The lengths of time suggested of less than optimal conditions for it to tick over to ‘drought’ were all vastly different, ranging from 3 months to 7 years.
The upshot of all this is that when we talk about drought, we aren’t talking about the same thing. If 3 people are having a conversation, and one of them is interpreting it as ‘no rain for one year’, another as ‘two standard deviations below average rain for 3 months’, and the third as ‘no meaningful rain for five years’, the conditions that they would be talking about would be substantially different – environmentally, economically, socially, all of the above – which results in no likely path to agreement, action, and wildly different reactions to news or announcements about drought related issues. This is a problem.
PERCEPTIONS OF DROUGHT
We asked what proportion of Australia’s farmers respondents thought were currently affected by drought.
Again, a mixed bag. Trying to find a correct answer on this by googling is also nigh on impossible. The ABARES reportto the recent drought summit in Canberra says 49% of agricultural land in the south east of Australia is affected by drought, but that’s not number of farmers. States – who do the declarations – generally declare by local government area (NSW does it by parish and has different grades of drought – see more), and a particular farm may have had very good rain but be in an area that hasn’t. Or vice versa. Alternatively, if you interpret ‘being affected by drought’ as affecting the business of a farm… then you can be on a feedlot in an area with above average rain, and be affected through increased price for feed… so it all links back to the problem of ‘what do we mean by ‘drought’?
The next question does have a somewhat correct answer. Technically, State governments have constitutional responsibility for all things land and water, so drought management is in their court. The Federal Government’s role in providing income support to those on low incomes is no different than it is for anyone else in society, drought or no drought (although the paperwork of assessing asset rich, cash poor, no income in sight farmers affected by natural disaster can be tricky). The reality is of course disconnected from the constitutional delegations due to the federal government having the cash.
Responses to the survey indicate perception of responsibility is again all over the map. Most of the ‘others’ argued no level of government is responsible for assisting farmers with drought and farmers should manage it themselves.
MEDIA COVERAGE OF DROUGHT
We asked a series of interlocking questions about media coverage of drought to gauge to what extent people believed, and were satisfied with, media coverage of drought in Australia. Two of these questions had a bit of a preamble to make sure we were clear on what we were asking about, which I’ll note for transparency can have a bit of a question bias effect (be a bit leading), but given the difficulty of getting everyone on the same page indicated by the questions above I’m now confident it was the right call.
Firstly, we asked how accurate people believed the stereotypical portrayal of drought in the media is.
A very high level of ‘others’ here were mostly saying it is accurate for some, and not for others, with a number of references to ‘green drought’, and/or that it doesn’t tell the story of the impact of drought on rural towns and businesses.
We then asked people to describe in their own words how they felt about the current media coverage of drought, and the top response was emotive. The respondents split again into a range of groups:
- those who thought coverage was poor, didn’t tell the full story, or focused too much on the politicians;
- those who thought the coverage was good but heartbreaking; and
- those who wanted more detail and less sensationalism – facts not fluff.
There were multiple comments that drought is a long term and complex problem and the media will only be around for a quick story, and some wanted to know why there was not a deeper investigation of why farmers were not better prepared for drought. The ABC, in particular Landline and 4 Corners, were praised for their coverage. Some respondents, particularly in WA, were unaware there was a drought at the moment, which is understandable, given it is largely a eastern states – and really mostly NSW – issue.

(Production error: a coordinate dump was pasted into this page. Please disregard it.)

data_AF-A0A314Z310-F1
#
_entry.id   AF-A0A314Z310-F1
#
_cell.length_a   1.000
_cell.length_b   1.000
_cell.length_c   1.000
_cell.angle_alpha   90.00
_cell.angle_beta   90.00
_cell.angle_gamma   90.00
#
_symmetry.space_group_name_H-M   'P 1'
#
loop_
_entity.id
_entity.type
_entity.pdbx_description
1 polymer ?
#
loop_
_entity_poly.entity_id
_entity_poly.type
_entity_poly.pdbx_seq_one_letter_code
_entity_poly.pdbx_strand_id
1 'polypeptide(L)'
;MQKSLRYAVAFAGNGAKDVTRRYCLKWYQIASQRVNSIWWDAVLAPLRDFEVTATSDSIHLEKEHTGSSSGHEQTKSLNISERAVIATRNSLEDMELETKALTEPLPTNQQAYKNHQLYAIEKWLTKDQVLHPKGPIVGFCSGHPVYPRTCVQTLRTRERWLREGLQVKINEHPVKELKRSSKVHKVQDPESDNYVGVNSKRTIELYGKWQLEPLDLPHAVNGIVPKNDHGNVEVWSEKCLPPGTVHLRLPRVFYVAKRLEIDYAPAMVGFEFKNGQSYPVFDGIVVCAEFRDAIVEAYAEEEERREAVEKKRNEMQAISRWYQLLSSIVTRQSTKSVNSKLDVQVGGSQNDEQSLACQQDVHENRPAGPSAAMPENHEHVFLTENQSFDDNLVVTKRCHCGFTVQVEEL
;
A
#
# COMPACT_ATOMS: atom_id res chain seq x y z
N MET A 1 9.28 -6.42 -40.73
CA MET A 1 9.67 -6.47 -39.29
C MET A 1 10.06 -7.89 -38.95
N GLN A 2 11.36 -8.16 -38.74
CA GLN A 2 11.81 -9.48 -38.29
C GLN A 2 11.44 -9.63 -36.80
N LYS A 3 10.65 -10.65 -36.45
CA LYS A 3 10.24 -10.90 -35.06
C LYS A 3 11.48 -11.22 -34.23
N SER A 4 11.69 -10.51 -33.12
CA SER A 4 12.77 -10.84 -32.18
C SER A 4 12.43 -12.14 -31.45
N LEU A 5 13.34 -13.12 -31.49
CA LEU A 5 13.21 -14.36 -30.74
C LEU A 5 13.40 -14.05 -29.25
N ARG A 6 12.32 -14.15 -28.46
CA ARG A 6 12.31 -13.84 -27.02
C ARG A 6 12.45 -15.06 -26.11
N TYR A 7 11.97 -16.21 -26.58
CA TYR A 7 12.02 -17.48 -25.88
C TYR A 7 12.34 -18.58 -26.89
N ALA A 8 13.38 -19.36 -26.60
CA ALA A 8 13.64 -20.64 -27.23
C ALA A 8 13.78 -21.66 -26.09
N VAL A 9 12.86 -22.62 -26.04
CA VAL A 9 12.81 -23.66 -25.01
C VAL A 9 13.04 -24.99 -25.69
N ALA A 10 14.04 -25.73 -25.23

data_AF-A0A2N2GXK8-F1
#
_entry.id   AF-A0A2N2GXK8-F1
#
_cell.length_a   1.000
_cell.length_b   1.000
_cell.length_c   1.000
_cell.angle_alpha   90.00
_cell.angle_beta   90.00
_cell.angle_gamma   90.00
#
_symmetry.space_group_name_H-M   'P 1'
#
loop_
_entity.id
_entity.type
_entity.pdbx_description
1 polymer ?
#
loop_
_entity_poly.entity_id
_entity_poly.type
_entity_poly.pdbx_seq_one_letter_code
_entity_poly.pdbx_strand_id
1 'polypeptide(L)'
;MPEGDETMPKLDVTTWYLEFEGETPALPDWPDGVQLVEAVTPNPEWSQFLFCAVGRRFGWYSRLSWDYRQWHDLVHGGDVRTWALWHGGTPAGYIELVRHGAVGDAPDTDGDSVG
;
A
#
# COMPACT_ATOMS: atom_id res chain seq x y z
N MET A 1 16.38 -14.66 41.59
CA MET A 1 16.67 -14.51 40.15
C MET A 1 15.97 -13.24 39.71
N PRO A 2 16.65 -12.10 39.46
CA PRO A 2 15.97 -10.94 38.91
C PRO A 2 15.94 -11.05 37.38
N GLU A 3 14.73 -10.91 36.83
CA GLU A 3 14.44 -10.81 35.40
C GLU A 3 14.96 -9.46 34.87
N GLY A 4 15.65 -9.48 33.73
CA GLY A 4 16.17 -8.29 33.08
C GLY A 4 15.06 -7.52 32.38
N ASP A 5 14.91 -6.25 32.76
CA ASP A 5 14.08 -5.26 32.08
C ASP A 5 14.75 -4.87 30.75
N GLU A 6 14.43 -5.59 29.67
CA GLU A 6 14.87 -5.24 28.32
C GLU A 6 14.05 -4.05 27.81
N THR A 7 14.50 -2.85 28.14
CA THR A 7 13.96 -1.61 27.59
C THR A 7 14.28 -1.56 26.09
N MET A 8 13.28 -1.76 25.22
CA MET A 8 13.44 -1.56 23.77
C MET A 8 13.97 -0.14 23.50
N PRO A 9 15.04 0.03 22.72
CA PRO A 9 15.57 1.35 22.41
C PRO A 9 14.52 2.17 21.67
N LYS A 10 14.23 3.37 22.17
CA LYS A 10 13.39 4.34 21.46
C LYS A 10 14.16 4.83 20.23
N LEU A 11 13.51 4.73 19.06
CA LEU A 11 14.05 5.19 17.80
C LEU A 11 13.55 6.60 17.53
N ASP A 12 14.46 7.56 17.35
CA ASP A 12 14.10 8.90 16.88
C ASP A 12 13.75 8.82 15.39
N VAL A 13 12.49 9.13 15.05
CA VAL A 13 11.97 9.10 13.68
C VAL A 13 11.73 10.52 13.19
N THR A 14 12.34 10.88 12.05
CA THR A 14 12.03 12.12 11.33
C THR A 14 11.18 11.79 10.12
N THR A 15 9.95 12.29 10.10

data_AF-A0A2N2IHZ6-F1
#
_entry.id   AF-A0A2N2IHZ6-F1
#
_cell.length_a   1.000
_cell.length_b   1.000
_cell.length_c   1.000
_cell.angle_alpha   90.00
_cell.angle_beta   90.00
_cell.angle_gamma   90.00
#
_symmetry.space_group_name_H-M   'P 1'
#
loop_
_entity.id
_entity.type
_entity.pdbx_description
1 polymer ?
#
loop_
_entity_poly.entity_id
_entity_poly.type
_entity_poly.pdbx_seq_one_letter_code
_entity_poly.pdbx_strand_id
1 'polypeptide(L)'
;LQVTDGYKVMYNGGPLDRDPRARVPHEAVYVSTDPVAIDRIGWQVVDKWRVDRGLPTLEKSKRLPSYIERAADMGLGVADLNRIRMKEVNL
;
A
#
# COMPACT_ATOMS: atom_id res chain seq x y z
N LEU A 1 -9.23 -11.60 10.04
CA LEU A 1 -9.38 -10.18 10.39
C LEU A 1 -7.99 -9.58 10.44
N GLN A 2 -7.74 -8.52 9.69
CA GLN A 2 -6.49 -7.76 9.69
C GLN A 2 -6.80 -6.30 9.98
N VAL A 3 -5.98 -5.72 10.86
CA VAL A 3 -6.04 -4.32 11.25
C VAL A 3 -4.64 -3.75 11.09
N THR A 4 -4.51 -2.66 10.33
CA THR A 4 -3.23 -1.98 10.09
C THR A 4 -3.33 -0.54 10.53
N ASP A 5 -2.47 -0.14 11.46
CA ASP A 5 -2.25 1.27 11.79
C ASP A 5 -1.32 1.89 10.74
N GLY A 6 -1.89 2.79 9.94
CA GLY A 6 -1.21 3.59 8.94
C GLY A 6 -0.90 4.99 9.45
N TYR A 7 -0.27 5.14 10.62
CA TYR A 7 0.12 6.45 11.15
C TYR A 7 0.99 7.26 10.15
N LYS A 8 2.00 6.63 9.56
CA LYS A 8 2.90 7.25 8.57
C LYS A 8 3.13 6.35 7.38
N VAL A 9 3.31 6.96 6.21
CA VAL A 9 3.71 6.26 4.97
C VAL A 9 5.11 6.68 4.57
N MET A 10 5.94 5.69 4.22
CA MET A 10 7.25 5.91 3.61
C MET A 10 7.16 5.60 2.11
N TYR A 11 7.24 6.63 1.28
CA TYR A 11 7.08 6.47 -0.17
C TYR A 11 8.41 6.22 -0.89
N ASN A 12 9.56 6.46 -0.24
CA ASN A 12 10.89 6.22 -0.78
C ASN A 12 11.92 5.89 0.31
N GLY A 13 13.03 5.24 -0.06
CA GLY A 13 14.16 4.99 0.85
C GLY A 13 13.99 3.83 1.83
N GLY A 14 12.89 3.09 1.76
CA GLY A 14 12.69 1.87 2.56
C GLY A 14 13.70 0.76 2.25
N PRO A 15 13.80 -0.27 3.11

The final media question was probing something which has been happening for a while, but Scott Morrison has a particular habit of, which is tumbling all kinds of farming issues into one ball of ‘farmers need help because of all these things’, and whether people thought that was ok or not.
They’d prefer it didn’t happen, in short. The ‘other’ comments that couldn’t be coded were a bit off the subject returning to climate change, or a bit of a vent about how the media or politicians always treat us as dumb.
DROUGHT AFFECTED THEM PERSONALLY
When asked how people feel the drought will affect them directly, there were very clear divergences between rural and city people.
- City people either thought it would have no effect, or spoke of rising food prices and water restrictions, perhaps expressed concern for people they knew on the land or that their veggie garden might die.
- Rural people spoke of the toll on local businesses and people, and
- Farmers spoke of the direct impact on their land and businesses and the long road ahead, with details such as they aren’t able to buy hay, or are already buying in water or destocking.
There is also a palpable level of anxiety about a bad bushfire season ahead from rural people and those on the bushfire prone edges of urban areas. The Tasmanian and WA respondents often began their answers with ‘we’re ok here but…’ before expressing concern for friends, family or farmers generally in the eastern states, and an ‘if it gets worse then’ clear indication they know what happens if the big dry spreads.
There are votes in this issue, but there’s a whole lot of people that don’t care at all, or at least, they aren’t thinking about it when they think about who to vote for. The ‘others’ for this question were almost universally those saying ‘only as it is a factor if climate change’.
In summary: there is no clear understanding of what drought is: either as a term, or as an issue, nor what is to be done about it, but a good half of respondents think either the wrong thing is being done, not enough is being done, or that it is being done for the wrong reasons. From a political communications perspective, these results indicate drought is all kinds of trouble, the making for an emotive lose/lose issue. From a voter advocacy perspective, if anything can be certain from such a diverse array of responses, it’s that voters want more detail, facts; less emotion and sensationalism – a clearer conversation, good action rather than just being seen to be doing something.
Thanks so much to everyone who responded. This was the most illuminating short survey we have done and more work needs to be done here.